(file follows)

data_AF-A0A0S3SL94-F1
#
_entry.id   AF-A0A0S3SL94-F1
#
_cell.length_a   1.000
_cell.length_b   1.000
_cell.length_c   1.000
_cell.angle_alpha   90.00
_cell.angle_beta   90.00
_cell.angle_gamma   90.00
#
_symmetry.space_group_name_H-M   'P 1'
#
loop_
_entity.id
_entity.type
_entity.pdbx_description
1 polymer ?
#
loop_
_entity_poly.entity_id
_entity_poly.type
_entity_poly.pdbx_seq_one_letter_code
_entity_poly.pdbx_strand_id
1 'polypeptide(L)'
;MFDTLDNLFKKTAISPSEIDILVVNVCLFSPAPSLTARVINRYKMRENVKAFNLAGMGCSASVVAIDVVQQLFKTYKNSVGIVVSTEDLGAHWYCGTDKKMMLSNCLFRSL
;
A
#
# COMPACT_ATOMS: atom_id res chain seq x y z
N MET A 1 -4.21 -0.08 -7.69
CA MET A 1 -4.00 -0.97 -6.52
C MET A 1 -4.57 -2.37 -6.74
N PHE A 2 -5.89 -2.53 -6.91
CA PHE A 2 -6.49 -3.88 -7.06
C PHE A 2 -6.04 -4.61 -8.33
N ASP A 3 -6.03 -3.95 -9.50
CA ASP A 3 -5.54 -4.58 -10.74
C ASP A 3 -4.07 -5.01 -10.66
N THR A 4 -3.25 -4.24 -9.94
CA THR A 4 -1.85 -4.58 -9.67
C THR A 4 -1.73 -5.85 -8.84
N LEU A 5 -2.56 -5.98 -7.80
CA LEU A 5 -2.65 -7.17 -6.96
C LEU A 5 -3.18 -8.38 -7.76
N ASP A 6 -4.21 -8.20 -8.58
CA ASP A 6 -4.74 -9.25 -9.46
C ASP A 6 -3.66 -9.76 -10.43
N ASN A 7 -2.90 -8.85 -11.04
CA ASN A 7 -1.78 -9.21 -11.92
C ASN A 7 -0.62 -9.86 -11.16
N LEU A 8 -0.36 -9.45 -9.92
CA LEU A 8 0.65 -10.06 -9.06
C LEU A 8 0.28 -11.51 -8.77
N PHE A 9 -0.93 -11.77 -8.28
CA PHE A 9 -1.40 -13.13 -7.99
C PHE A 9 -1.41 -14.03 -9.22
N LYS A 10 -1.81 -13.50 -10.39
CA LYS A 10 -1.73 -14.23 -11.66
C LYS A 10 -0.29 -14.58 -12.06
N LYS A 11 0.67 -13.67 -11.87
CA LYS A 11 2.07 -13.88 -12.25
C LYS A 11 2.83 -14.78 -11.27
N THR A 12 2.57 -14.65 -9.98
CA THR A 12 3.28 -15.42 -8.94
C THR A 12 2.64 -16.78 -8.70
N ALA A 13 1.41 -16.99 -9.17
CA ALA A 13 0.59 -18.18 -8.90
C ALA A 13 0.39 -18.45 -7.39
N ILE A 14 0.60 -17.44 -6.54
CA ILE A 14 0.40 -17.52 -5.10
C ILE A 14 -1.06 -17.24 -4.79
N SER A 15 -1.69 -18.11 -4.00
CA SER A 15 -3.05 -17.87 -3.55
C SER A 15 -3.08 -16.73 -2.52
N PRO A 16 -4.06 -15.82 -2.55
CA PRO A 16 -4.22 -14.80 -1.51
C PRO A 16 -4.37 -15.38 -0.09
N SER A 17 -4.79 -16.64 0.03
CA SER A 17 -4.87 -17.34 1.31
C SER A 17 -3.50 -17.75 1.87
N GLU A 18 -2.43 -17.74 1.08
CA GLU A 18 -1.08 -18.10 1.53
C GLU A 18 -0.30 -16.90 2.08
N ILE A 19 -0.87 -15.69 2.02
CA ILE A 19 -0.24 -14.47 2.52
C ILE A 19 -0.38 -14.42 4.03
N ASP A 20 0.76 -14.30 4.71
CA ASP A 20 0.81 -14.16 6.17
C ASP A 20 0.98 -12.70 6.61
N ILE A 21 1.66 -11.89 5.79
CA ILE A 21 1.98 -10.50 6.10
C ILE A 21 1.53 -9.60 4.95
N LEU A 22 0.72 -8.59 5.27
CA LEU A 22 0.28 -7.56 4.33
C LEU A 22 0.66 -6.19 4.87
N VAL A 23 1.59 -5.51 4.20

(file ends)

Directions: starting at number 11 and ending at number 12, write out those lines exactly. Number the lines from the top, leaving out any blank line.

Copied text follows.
#
_symmetry.space_group_name_H-M   'P 1'